In an ideal world, I would set aside a fortnight for each of my vacations: a week to visit the major attractions in a place, and a week to experience daily life there. To the latter, there’s something to be said about taking a walk to the park, people-watching at a café, visiting the grocery store or the shopping mall or the movie theater. Indeed, to try and catch the rhythm of a place, to feel the heartbeat of life: that’s the part of being an expat I’ve treasured most. Of course, such time – ironically – is a luxury afforded to few on vacation. I don’t think I’ve actually ever spent two weeks in a single locale when I wasn’t living there.
True to form, I had a week in Slovenia. I chose Slovenia for a few reasons. First, taking advantage of my continued presence in Europe, I wanted to go somewhere new on the continent. Slovenia was new. Second, I had heard good if somewhat vague things through the grapevine. Slovenia was apparently fun, beautiful, and relatively undiscovered – all fantastic qualities. Third, I learned through a precursory Google search that the country was quite Christmas-y. That the weather and prices there would be far more agreeable than in Finland and Iceland, for instance, was the cherry on top.
The capital city of Ljubljana – the proper pronunciation of which I would only retain two days into my stay – would serve as my base of operations. Originally I had flirted with the idea of taking a bus to Zagreb for a two day sojourn but tepid reviews of the Croatian capital (and its museum-centric disposition) combined with the tightness of the schedule had given me pause. As per my aforementioned vacation ideal-type, I wanted – if not quite a full week – a taste of life in Slovenia, and thus decided to stay in the country the entire time in search for some of those low-key moments amidst the madness of touristic travel.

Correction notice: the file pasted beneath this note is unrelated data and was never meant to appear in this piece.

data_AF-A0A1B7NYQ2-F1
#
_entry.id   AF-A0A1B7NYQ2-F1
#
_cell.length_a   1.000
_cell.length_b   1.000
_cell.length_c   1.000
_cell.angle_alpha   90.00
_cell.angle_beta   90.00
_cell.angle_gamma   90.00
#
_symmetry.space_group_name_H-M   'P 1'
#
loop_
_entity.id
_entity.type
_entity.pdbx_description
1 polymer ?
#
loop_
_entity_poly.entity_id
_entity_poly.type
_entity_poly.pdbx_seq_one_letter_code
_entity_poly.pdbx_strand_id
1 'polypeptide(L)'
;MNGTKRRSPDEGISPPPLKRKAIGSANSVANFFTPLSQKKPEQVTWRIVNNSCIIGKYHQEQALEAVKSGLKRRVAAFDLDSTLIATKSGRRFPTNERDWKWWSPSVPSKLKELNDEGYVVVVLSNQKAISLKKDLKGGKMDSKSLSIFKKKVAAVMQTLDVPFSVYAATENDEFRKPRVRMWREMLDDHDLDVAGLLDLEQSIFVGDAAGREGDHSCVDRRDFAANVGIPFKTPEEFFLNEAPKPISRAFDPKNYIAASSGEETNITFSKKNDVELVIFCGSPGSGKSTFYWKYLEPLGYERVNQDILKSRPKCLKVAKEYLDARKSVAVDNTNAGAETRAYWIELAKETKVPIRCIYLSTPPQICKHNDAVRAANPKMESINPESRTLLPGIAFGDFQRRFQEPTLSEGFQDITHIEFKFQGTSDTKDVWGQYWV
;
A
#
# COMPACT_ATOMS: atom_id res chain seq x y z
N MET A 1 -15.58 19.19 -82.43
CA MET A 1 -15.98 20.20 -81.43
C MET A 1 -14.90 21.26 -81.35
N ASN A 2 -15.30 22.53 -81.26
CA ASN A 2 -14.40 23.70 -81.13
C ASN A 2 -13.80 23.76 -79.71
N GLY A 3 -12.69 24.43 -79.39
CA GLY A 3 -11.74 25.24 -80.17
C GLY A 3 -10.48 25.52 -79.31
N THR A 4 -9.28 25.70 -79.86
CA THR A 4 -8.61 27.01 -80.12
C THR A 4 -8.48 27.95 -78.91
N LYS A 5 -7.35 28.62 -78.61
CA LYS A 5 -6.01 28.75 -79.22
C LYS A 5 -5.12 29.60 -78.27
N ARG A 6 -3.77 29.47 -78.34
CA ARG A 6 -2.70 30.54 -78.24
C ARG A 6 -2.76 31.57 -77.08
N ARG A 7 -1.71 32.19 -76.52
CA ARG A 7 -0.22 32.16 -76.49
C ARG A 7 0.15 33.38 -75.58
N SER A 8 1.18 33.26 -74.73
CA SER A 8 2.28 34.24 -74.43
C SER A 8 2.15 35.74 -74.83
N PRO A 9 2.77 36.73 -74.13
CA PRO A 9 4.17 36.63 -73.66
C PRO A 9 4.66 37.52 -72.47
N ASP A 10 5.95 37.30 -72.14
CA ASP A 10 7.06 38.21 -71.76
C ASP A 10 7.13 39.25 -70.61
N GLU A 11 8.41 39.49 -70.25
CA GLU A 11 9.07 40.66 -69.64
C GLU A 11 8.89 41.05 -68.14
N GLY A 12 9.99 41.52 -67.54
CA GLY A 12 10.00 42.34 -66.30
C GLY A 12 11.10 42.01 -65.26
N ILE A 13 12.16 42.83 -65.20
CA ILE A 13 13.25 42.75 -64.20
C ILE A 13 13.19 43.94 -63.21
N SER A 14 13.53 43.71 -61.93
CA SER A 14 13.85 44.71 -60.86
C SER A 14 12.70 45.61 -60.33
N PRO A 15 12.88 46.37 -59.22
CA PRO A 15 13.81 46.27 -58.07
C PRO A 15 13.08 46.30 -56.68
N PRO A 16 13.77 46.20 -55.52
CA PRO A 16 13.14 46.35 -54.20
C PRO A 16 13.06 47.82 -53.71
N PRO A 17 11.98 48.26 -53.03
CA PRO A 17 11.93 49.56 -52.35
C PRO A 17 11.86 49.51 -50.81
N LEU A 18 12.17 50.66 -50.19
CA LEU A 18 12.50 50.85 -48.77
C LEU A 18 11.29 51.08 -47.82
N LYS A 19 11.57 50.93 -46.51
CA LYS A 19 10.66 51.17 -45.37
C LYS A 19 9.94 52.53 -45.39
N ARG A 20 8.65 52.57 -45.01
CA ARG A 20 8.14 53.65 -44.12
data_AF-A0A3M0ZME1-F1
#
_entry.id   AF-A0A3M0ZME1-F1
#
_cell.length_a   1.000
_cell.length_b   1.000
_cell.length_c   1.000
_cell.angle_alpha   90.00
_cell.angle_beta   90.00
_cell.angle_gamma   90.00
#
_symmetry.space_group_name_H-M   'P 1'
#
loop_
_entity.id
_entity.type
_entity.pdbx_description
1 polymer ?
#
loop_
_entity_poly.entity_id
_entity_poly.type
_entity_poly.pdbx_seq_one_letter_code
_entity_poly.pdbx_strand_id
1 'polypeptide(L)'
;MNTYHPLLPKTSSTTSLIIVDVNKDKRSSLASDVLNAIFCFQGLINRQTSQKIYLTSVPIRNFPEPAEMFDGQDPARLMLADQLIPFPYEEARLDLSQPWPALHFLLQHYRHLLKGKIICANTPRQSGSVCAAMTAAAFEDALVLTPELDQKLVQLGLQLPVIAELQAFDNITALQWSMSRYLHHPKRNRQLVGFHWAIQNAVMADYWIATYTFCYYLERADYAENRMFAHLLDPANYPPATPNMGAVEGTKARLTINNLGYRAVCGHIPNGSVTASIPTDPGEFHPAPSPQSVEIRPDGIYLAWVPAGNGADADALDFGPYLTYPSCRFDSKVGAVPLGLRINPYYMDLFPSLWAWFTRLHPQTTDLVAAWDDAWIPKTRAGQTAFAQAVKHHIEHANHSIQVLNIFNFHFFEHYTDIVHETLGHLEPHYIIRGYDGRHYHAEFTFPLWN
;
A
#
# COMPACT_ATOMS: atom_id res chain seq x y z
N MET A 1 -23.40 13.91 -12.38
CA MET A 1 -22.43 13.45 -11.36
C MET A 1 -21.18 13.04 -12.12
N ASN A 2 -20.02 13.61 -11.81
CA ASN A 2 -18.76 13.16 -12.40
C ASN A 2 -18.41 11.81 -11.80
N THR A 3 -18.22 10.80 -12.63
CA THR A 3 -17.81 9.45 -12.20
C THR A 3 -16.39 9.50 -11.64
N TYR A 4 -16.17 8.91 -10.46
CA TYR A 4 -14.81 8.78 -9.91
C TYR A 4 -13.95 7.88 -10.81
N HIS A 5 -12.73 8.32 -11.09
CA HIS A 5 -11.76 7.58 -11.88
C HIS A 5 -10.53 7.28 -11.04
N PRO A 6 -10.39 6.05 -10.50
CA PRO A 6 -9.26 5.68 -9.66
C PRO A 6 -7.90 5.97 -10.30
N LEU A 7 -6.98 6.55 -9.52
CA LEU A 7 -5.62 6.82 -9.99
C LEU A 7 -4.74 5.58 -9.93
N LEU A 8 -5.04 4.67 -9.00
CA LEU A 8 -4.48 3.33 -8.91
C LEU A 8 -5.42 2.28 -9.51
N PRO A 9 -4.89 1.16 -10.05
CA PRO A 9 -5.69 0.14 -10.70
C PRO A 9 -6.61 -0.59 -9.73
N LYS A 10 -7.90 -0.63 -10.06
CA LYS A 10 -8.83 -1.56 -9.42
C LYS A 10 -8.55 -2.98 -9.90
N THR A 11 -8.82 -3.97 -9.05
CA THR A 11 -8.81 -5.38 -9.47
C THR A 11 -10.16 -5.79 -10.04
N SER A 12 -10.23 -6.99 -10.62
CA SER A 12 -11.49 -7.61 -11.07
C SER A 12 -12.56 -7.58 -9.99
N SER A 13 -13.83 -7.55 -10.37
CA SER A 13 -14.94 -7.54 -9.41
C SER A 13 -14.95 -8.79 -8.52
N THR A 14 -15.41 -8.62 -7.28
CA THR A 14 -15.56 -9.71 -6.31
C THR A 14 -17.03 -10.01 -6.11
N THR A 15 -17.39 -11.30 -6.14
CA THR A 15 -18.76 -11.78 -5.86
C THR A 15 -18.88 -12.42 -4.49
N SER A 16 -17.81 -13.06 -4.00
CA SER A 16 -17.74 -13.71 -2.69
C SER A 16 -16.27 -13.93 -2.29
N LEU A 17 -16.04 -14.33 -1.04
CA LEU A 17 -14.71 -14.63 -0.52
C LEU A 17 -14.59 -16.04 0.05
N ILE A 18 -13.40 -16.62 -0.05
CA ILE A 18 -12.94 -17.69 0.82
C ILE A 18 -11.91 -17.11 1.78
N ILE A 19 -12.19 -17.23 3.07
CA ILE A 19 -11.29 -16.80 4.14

Even limiting my week to Slovenia though did not prevent a rather hectic pace for portions of the trip. That the country was relatively small and accessible by public transport only increased my ambition in putting together my itinerary, which featured an approximately two-hour bus ride on each of my last four full days there. All told, I ended up spending a day and a half in the Lake Bled area in the northwestern part of the country, a day and a half between the Skocjan Caves and the coastal city of Piran in the southwestern part, and the rest of the time in the central capital.
I of course cannot profess to have a feel for Slovenia and the Slovenian people given my limited time there. A week is a week, after all. Of course, I marked the essentials off the tourist checklist. I visited castles and churches and toured old towns and caves and took a Pietna boat to the only island in the country. I drank mulled wine at Christmas markets, and had sausage and cream cake and seafood in the places where I was supposed to have sausage and cream cake and seafood. I took the same pictures that other people have taken from the same places that other people have visited.
But in that week, I also got to experience a cross-section of Slovenian life. I visited the same restaurant twice, and tired of the local cuisine enough to go for sushi one evening. I did a couple of short hikes lakeside, even got lost – naturally – in the process. I chatted, albeit briefly, with locals: the woman who picked me up at the airport, the guide on my walking food tour, the young man working at the sushi restaurant. I got a sense of life during the offseason, both in the Bled resort area and in the laid-back Italian/Mediterranean coastal region. And I got a haircut, shopped at a grocery store, and went to an independent cinema.
I spent a week in Slovenia. It’s a small country, as its denizens seem all too eager to admit. It was a short week. But it was a long week too, in a good way. I’ll treasure it.